Progress Illinois –
A majority of Illinois voters say they trust the Environmental Protection Agency (EPA), not Congress, to decide limits on harmful carbon emissions from power plants, a new Public Policy Pollingsurvey shows.
Illinois voters are also more likely to throw their support behind candidates for U.S. Senate who support EPA’s proposed carbon pollution regulations for power plants, rather than those who oppose them, according to the poll conducted on behalf of the Natural Resources Defense Council (NRDC).
“We continue to see public support for limits on carbon pollution from power plants and extraordinary public skepticism about Congress trying to prevent that,” David Goldston, director of NRDC’s government affairs program, said on a conference call with reporters Tuesday. “That’s an important message as the administration moves ahead, as the president has said it will, with putting out power plant standards to limit carbon pollution for the first time.”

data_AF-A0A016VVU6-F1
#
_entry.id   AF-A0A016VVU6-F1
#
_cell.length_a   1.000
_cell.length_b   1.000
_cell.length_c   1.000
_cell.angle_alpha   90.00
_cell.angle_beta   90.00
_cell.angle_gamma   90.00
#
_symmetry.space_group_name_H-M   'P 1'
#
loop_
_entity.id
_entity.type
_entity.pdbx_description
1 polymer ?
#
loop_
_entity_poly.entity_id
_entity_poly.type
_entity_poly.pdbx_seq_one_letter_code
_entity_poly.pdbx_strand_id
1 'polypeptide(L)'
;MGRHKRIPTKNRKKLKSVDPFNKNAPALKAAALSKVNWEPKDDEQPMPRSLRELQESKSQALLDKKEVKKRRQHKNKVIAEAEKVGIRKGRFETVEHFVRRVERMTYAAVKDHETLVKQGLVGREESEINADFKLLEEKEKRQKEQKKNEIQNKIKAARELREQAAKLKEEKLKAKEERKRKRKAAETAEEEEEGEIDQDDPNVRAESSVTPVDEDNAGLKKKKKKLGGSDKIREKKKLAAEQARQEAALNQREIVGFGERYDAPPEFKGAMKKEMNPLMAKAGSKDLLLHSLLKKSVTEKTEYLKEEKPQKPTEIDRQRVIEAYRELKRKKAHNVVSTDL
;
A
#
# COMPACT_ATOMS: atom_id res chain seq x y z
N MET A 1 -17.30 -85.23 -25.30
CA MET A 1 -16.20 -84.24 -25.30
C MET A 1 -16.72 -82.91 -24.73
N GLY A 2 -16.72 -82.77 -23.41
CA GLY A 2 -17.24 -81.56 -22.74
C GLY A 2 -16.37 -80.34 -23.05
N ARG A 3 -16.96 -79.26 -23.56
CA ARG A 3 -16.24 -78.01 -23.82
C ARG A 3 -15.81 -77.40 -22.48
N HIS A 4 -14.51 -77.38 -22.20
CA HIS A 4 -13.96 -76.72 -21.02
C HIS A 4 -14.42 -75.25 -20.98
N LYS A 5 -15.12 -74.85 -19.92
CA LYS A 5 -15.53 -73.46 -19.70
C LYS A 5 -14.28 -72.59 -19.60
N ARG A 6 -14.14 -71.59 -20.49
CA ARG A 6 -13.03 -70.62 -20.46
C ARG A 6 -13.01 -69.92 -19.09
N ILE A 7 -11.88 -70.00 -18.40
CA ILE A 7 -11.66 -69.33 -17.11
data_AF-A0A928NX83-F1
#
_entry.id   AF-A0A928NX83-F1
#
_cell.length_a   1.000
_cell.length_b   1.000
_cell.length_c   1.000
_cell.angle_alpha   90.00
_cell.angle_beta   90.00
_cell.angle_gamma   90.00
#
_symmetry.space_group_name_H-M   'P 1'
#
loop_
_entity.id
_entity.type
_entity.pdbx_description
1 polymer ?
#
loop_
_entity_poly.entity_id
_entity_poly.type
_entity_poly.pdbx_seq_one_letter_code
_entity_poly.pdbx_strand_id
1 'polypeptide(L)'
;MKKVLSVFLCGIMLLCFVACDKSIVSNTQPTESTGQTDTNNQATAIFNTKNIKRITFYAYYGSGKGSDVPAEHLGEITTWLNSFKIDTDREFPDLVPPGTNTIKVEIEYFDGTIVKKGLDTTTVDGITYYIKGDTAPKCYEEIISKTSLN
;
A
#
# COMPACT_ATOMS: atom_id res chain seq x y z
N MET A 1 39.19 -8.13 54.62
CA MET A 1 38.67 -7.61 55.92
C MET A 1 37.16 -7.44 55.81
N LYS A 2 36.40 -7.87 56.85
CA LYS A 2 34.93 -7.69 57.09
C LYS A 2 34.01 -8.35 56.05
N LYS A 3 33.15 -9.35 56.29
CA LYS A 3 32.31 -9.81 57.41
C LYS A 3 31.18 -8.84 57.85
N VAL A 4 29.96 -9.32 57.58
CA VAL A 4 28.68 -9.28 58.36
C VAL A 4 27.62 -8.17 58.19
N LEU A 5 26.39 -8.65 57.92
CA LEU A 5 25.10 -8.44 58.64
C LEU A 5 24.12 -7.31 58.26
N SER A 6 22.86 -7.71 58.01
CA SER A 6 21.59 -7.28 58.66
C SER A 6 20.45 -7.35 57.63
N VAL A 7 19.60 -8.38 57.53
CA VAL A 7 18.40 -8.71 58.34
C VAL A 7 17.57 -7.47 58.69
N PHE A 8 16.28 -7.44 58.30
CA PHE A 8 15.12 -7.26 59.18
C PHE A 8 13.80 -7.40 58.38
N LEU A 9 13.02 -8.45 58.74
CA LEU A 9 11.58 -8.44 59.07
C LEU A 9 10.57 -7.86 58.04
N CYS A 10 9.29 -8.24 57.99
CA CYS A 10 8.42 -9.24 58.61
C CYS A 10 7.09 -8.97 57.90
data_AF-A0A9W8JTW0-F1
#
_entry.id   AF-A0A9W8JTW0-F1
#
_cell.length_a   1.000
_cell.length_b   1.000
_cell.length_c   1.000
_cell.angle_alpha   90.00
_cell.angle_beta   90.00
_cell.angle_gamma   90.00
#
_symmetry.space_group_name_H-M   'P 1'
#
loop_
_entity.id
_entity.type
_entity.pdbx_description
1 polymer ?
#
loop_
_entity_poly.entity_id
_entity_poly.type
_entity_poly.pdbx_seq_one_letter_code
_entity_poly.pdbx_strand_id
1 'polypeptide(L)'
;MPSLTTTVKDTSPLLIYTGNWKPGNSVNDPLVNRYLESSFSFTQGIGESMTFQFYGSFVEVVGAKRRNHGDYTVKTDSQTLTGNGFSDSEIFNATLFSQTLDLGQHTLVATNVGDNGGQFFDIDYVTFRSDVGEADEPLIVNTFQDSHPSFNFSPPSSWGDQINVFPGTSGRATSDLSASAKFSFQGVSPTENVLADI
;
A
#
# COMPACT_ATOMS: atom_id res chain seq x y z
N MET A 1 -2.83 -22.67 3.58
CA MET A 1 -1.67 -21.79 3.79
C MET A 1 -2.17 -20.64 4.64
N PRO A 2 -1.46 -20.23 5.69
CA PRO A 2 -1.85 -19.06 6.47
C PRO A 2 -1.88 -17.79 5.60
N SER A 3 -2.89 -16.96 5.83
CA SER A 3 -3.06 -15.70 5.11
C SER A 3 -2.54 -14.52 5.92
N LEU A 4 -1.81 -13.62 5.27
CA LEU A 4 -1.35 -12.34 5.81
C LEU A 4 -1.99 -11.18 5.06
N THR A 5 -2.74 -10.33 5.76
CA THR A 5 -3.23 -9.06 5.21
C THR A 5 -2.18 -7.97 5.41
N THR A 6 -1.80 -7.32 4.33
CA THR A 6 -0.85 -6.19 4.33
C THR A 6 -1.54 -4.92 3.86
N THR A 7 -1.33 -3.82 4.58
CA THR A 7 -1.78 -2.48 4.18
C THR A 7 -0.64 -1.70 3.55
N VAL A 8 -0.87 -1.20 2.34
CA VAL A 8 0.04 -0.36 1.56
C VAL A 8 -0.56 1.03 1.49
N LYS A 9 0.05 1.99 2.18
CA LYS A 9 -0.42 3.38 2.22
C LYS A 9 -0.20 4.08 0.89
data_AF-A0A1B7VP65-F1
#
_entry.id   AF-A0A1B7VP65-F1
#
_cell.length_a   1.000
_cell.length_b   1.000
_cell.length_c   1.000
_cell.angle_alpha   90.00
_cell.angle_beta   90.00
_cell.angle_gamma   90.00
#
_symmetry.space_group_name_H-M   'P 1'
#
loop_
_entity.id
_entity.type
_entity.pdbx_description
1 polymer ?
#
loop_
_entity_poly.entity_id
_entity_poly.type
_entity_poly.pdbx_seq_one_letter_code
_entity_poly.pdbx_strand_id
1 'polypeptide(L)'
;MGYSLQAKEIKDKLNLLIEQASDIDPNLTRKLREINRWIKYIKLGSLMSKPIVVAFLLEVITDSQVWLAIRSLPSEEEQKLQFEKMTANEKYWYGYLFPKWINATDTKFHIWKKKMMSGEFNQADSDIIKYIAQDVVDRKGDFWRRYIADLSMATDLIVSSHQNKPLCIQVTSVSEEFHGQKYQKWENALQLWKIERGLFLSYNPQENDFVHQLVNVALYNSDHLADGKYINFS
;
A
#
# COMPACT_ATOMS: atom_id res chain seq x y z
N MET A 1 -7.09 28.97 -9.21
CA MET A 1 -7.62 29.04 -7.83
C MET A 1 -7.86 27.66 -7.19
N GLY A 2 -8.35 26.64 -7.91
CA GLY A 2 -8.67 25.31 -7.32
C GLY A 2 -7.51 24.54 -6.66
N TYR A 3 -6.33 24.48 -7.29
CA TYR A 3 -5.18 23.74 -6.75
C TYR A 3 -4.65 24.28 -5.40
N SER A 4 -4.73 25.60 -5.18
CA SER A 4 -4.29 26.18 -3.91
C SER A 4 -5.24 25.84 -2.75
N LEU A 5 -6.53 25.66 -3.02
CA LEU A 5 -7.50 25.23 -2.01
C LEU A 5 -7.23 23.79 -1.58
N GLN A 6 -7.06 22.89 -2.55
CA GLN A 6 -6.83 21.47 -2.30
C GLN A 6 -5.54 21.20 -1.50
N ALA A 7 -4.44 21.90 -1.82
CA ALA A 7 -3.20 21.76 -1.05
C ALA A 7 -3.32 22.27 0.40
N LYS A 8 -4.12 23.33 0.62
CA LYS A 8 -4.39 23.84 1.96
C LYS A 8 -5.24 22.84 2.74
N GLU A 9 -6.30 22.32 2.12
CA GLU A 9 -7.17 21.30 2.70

On September 20, the EPA issued draft carbon pollution rules for new power plants, and the agency is set to propose limits for existing power plants by June 2014. The rules are part of President Barack Obama’s climate action plan released in June. Last week, the EPA concluded its tour of 11 listening sessions meant to gather public input about carbon pollution limits for existing gas- and coal-fired power plants. One of the sessions was held in ChicagoFriday.
NRDC says power plants account for 40 percent of the country’s carbon emissions, making them the nation’s single biggest source of such pollution. The Environment Illinois Research and Education Center recently ranked Illinois the seventh dirtiest state regarding carbon pollution from its power plants.
Public Policy Polling’s recent survey of 1,126 Illinois voters showed that 53 percent of respondents support the EPA’s plan to propose standards limiting carbon pollution from power plants. Of those surveyed, 68 percent said they trust scientists and EPA experts to determine such carbon emission regulations, and just 6 percent said they would trust politicians in Congress to decide the standards. Another 26 percent were unsure.